MONTVALE, N.J. — Count Pathmark among the unexpected victims of the recession.
The newly integrated division of A&P saw sales, profits and traffic plummet in the fiscal fourth quarter, sending A&P to a $111.1 million loss and subsequent analyst downgrades and a vigorous stock sell-off.
Officials last week acknowledged Pathmark — despite having a good reputation for value — had let prices drift too high, and then acted too deliberately to reposition the banner as the recession drove shoppers to seek retailers with sharper pricing. And though they pledged attention toward reestablishing Pathmark as a high-volume, price-focused operator, they said the job would take some time.
“The reason Pathmark went so rapidly off the rails in terms of sales is that with this economic situation, you can't live on perception anymore,” Eric Claus, chief executive officer of A&P, told analysts in a conference call last week. “You have to live in reality. In these times, people gravitate toward the price leader, and that hurt us.”
A&P closed on its acquisition of Pathmark 15 months ago and recently completed its integration, deriving $150 million in synergies. But it has encountered numerous troubles along the way, including what analysts estimated as quarterly comparable-store sales declines of 3% or more, and EBITDA declines of as much as 50% at Pathmark.
Pathmark's weakness was evident mainly in New Jersey, Pennsylvania and Delaware, which points to ineffective competition against price leader ShopRite and, probably, lost share to Ahold's Giant and Stop & Shop chains. The Ahold chains have attributed recent comp gains to a lower-price message achieved through a transformation from high-low to everyday-low pricing in recent years.
“We believe that the Pathmark banner has been outmaneuvered by some competitors,” John Heinbockel, an analyst for Goldman Sachs, said last week in a research note. “A 3% comp decline, even in this environment, represents clear share loss.”
Pathmark, said Claus, has been pursuing its own repositioning as the “price impact” entry in A&P's stratified portfolio, but acknowledged the gradual approach it took to that end was no match for the swift kick that the economy brought to those markets during the fourth quarter, which ended Feb. 28. Those trends, he added, continued into the current quarter. Pathmark comprises 45% of A&P's revenues.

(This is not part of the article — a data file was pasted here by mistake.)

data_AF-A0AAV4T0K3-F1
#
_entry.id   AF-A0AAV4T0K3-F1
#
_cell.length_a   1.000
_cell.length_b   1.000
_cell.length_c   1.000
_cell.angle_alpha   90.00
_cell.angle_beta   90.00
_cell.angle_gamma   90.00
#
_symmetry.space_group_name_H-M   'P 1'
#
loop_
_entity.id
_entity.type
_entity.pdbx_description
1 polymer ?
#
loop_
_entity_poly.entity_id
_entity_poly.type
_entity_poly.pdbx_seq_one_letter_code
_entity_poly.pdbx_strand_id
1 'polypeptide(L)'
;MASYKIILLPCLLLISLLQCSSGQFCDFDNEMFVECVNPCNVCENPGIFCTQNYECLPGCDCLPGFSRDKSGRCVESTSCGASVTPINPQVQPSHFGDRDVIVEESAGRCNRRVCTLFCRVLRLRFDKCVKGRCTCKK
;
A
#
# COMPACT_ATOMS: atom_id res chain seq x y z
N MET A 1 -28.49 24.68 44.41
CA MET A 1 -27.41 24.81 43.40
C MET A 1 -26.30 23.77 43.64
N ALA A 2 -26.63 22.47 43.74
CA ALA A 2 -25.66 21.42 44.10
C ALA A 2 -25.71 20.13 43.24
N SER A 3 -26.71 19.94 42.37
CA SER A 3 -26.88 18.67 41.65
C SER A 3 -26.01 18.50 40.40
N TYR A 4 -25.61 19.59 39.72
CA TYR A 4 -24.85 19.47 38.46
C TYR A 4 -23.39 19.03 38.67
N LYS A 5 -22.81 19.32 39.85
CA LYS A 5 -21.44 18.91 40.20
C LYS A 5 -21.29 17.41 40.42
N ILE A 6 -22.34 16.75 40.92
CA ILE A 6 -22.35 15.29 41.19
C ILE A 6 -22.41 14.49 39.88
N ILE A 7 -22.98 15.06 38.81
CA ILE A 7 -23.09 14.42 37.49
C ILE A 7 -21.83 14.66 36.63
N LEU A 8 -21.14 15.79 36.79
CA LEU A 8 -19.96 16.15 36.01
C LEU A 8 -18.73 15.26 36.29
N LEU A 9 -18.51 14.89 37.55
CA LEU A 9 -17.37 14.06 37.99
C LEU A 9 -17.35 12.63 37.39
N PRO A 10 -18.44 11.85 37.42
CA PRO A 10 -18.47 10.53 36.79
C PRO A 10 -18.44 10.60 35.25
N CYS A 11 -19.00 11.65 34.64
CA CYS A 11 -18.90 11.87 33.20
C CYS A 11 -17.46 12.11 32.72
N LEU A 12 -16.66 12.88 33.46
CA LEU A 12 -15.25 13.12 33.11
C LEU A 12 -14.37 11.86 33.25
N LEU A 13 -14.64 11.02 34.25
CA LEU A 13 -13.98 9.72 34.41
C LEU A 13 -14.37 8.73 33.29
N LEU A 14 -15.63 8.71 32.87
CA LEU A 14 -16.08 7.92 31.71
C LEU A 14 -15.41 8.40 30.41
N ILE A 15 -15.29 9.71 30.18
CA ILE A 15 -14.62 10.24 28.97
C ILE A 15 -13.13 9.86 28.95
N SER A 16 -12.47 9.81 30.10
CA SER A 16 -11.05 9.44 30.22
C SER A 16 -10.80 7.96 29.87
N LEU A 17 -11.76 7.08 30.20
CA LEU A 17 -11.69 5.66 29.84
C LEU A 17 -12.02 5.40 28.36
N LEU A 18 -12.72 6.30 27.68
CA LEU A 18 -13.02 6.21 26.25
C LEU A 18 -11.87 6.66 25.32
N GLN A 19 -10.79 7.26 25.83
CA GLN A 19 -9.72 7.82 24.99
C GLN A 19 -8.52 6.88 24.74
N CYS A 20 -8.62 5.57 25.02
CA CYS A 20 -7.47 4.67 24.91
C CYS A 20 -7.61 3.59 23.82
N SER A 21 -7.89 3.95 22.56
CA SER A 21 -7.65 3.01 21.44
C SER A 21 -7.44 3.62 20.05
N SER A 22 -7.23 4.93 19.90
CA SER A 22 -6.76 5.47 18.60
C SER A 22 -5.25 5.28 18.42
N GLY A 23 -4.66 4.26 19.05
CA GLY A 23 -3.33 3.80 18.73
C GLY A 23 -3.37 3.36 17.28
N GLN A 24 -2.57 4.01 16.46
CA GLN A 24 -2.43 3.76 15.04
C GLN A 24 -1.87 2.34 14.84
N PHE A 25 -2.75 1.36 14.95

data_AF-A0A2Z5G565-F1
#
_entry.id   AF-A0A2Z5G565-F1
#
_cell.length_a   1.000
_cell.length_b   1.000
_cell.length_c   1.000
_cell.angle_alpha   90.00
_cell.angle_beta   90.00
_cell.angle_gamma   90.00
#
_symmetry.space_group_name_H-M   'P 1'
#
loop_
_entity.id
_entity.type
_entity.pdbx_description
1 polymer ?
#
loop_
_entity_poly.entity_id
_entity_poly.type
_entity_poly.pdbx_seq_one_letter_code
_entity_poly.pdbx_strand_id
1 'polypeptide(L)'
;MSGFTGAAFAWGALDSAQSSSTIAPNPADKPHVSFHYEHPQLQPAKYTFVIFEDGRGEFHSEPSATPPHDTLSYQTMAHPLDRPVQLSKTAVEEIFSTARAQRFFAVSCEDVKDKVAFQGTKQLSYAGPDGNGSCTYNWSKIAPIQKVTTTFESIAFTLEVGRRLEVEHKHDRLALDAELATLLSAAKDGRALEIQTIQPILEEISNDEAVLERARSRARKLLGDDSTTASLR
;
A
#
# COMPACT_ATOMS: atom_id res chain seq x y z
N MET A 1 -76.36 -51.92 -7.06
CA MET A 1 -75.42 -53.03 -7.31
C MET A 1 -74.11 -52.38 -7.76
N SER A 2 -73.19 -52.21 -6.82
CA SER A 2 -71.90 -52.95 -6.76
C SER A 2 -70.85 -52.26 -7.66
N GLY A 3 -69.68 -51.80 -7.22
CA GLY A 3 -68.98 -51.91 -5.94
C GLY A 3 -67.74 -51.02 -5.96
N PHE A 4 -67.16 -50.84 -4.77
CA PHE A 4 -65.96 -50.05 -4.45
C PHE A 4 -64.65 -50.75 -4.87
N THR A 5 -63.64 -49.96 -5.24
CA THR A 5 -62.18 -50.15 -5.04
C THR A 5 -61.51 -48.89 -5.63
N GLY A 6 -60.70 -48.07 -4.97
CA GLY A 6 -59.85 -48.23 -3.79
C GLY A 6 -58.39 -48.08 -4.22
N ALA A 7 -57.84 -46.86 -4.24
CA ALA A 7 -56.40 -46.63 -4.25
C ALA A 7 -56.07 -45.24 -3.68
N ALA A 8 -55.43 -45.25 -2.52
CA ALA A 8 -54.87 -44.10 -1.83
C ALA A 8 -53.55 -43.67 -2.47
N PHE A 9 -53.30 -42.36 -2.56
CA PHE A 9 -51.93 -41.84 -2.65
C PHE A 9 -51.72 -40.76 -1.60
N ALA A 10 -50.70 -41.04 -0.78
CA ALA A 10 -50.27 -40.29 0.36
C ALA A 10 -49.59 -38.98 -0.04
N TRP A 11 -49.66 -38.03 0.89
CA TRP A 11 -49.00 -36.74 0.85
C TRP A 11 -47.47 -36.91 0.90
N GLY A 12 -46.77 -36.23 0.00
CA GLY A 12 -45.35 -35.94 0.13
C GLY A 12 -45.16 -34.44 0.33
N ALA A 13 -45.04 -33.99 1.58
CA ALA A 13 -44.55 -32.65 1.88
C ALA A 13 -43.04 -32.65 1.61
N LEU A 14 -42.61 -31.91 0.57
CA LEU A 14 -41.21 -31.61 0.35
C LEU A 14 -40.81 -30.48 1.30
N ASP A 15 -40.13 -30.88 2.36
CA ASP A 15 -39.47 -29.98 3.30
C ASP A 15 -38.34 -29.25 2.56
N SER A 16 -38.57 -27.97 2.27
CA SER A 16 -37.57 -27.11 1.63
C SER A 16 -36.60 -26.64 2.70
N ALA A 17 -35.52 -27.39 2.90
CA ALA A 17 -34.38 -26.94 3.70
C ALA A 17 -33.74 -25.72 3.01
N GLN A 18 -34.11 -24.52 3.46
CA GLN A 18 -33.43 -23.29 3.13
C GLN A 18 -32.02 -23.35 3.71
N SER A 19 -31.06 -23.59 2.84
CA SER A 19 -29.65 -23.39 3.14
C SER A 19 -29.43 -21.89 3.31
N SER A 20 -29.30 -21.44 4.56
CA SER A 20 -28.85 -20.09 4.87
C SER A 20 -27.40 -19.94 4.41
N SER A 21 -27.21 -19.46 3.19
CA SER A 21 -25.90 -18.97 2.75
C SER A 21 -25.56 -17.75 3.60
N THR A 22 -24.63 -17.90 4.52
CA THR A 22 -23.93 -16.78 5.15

Pathmark further hurt itself by pulling back advertising. “Pathmark has a history of doing a lot of radio and TV, and I don't think we did ourselves a big favor by turning it off,” Claus admitted. “But we didn't want to shout about something we couldn't deliver.”
Claus said the company since the fourth quarter has fast-tracked changes it planned to have done more gradually and has again begun supporting the new positioning with advertising. A slate of former SuperFresh locations in the Philadelphia region converted this spring to the Pathmark banner have also performed admirably, he added.
But Pathmark also suffers from structural issues, including high warehousing and transportation costs, low labor productivity and high shrink that will take longer to address, he cautioned.
Analysts believe that A&P can fix the problems, citing Claus' success with other A&P banners — all of which performed relatively well during the fourth quarter. But it will take time.
“The impact from new merchandising initiatives, structural price investments, stepped-up advertising to bring traffic back to the stores and intense management focus should help stabilize the top line in the near term,” Simeon Gutman, an analyst for Canaccord Adams, said in a research note.
|Net Income (Loss)||($111.1M)||($61.5M)|
|Net Income (Loss)||($139.9M)||($160.7M)|
|Inc. (Loss) /Share||($5.41)||($4.22)|
|NOTES: 2009 WAS A 13-WEEK FOURTH QUARTER AND 53-WEEK FISCAL YEAR VS. A 12-WEEK QUARTER AND 52-WEEK FISCAL YEAR IN 2008. ALSO, FISCAL 2008 DID NOT INCLUDE A FULL YEAR OF RESULTS FROM THE PATHMARK ACQUISITION.|